coloured/mixed-race participants (M = 67.3, SD = 15.2);
black Africans and Indians (M = 71.2, SD = 15.7); black
and white Africans (M = 71.7, SD = 12.9); coloured/
mixed-race participants and Indians; and coloured/mixed-
race and white participants. However, as depicted in
Figure 1, the mean life satisfaction score for Indians South
Africans did not significantly differ from the mean life
satisfaction score for Whites (p = 0.986).
Predicting life satisfaction from racial group
The results of the linear regression models presented in
Table 4, indicated that life satisfaction was significantly
associated with racial relations (adjusted R2 = 0.07)
for equal interactions (β = 0.115; p < 0.001), and
friendly contacts (β = 0.159; p < 0.001). Participants’
sociodemographic factors household income (β = 0.105;
p < 0.001), and living standard (β = 0.304; p < 0.001)
predicted life satisfaction (adjusted R2 = 0.21)
Black African racial group
For black African participants, we observed significant
influences of race (equal interactions β = 0.112; p = 0.009,
Table 2. Correlation Matrix1 (South African Social Attitudes Survey 2017, n = 3 135)
Age Education Household
Life satisfaction 1
Racial relations Interact as equal 0.233** 1
Friendly contact 0.244** 0.746** 1
Age 0.049* –0.026 –0.012 1
Education 0.116** 0.045* 0.056* –0.224** 1
Household income 0.331** 0.092** 0.116** 0.018 0.251** 1
Living standard measure 0.404** 0.145** 0.143** 0.059** 0.308** 0.673** 1
Note. **Correlation is significant at the 0.01 level (2-tailed); * Correlation is significant at the 0.05 level (2-tailed);
1Listwise n = 2 065
Table 3. Descriptive distribution of life satisfaction score by race and Scheffe Multiple Comparisons ANOVA test (South African
Social Attitudes Survey 2017, n = 3 135)
Race (I) N (I) Mean (I) SD (I) SE (I) Race (J)
1 921 60.3024 15.76750 0.35975 Coloured −6.98552* 0.76789 < 0.001 −9.1333 −4.8377
Indian −10.92381* 0.88534 < 0.001 −13.4001 −8.4475
White −11.36804* 0.89491 < 0.001 −13.8711 −8.8650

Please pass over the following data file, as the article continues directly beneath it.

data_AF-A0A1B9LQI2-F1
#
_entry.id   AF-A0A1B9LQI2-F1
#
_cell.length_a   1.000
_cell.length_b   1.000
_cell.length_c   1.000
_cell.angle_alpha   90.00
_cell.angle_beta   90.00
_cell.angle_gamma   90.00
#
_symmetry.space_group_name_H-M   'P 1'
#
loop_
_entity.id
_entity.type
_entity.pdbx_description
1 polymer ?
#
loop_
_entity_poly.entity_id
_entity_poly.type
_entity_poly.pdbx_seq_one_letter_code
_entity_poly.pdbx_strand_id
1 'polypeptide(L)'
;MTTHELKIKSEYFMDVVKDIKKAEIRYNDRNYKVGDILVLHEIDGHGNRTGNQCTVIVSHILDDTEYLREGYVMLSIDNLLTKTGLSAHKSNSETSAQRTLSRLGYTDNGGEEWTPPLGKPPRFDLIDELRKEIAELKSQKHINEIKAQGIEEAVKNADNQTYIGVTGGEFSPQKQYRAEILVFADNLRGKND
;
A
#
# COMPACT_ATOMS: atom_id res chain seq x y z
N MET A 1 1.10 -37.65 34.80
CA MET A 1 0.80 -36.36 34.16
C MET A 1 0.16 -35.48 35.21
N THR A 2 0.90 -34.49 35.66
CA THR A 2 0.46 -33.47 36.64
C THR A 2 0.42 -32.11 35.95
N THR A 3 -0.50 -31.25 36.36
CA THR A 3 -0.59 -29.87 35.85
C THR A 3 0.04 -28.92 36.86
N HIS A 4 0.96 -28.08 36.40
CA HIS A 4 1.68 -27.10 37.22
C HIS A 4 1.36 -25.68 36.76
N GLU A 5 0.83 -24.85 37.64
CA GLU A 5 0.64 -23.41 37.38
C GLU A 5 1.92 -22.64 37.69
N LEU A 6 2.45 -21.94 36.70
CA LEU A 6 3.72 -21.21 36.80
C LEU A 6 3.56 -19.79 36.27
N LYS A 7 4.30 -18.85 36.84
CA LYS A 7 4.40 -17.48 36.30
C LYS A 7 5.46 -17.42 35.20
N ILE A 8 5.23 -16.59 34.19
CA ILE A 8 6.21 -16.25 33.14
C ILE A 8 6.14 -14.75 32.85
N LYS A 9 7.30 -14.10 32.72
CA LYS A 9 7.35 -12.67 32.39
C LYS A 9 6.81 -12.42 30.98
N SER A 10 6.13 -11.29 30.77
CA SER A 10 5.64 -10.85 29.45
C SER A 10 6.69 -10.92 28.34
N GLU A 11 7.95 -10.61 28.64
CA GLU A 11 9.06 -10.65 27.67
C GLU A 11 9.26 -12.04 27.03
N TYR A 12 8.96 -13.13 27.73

507 67.2880 15.24477 0.67704 Black African 6.98552* 0.76789 < 0.001 4.8377 9.1333
Indian −3.93829* 1.06171 0.003 −6.9079 −0.9687
White −4.38252* 1.06970 0.001 −7.3745 −1.3906
Indian 358 71.2263 15.68605 0.82903 Black African 10.92381* 0.88534 < 0.001 8.4475 13.4001
Coloured 3.93829* 1.06171 0.003 0.9687 6.9079
White −0.44423 1.15691 0.986 −3.6801 2.7916
White 349 71.6705 12.88757 0.68986 Black African 11.36804* 0.89491 < 0.001 8.8650 13.8711
Coloured 4.38252* 1.06970 0.001 1.3906 7.3745
Indian 0.44423 1.15691 0.986 −2.7916 3.6801
Total 3 135 63.9451 16.09182 0.28740
Note. *The mean difference is significant at the 0.05 level; Dependent Variable: Life Satisfaction
Racial relations and life satisfaction among South Africans 525
and friendly contacts β = 0.180; p < 0.001, R2 = 0.08).
The sociodemographic variables of household income
(β = 0.095; p = 0.002) and living standard (β = 0.265;
p < 0.001) predicted life satisfaction (adjusted R2 = 0.17).
For the coloured/mixed-race participants, we observed a
significant association between equal interaction and life
satisfaction score (β = 0.158; p = 0.016) , and also by age
(β = 0.145; p = 0.008), and household income (β = 0.154;
p < 0.022; adjusted R2 = 0.21)
Indian racial group
The linear regression models suggested that life
satisfaction was not significantly associated with racial
relations for the Indian racial group. Moreover, only living
standard (β = 0.174; p = 0.036) returned significant results
(adjusted R2 = 0.03), indicating low explanatory power in
this racial grouping.
White racial group
For the white racial group, life satisfaction was not
significantly associated with racial relations qualities.
However, participants’ age (β = 0.191; p = 0.021) and